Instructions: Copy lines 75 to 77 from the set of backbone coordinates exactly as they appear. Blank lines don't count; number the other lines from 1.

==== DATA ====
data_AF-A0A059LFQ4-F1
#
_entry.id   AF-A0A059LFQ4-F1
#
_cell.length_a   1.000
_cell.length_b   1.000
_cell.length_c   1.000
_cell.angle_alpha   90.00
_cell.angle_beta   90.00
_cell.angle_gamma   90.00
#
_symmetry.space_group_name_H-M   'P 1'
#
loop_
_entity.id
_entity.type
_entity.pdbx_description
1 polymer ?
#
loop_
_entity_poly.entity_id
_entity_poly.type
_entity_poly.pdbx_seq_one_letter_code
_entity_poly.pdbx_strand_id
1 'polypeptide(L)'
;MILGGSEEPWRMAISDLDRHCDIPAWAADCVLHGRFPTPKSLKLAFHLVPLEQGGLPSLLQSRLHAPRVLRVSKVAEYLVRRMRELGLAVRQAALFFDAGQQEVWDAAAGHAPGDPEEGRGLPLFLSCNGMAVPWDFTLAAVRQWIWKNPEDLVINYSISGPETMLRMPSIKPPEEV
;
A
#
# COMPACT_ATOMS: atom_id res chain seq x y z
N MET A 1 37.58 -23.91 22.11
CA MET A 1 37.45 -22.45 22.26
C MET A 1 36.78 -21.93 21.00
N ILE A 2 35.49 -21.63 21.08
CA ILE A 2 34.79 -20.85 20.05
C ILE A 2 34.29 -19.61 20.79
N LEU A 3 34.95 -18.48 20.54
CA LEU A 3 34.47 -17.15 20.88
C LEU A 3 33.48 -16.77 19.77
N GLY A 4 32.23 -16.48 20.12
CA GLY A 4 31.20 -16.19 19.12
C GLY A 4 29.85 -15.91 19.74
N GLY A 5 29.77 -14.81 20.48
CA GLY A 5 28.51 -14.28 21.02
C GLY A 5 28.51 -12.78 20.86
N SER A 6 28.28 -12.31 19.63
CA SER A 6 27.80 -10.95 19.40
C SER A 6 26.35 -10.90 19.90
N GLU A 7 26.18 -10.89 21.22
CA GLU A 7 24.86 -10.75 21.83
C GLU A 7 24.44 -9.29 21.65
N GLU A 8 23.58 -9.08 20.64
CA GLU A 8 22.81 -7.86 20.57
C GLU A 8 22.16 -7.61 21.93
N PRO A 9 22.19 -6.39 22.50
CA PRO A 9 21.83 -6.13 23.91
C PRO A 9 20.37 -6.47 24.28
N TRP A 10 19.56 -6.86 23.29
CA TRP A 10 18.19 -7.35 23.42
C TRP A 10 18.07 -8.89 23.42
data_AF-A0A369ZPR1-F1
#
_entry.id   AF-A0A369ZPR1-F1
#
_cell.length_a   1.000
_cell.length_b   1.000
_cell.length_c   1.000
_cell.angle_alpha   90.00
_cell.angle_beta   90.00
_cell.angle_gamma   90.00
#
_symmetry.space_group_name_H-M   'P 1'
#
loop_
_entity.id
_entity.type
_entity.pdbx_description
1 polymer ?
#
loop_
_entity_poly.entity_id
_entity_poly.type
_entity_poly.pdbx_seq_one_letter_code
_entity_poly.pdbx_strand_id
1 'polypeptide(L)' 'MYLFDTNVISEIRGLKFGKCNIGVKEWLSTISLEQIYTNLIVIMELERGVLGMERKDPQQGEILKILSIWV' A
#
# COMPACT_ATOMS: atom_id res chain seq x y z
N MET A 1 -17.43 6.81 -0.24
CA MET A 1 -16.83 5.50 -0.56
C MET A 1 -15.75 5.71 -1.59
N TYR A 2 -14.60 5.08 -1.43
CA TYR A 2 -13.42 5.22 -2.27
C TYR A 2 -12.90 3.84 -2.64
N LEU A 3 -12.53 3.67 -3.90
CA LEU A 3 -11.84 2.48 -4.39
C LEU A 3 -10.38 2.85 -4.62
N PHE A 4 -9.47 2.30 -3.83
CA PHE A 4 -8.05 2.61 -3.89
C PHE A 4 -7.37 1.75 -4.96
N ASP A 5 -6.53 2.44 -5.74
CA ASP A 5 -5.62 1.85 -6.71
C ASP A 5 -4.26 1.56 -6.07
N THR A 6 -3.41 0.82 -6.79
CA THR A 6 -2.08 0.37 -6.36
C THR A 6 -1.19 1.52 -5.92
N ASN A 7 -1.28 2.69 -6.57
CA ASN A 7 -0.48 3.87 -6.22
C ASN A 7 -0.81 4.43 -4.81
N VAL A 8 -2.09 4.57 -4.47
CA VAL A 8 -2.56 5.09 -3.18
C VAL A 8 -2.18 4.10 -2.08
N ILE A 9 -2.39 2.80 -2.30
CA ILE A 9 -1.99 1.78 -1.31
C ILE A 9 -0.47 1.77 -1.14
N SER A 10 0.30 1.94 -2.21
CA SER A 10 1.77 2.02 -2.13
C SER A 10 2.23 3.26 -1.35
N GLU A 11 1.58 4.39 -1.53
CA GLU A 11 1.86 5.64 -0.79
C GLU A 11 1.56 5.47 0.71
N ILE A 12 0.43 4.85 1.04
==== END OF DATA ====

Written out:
_entity.id
_entity.type
_entity.pdbx_description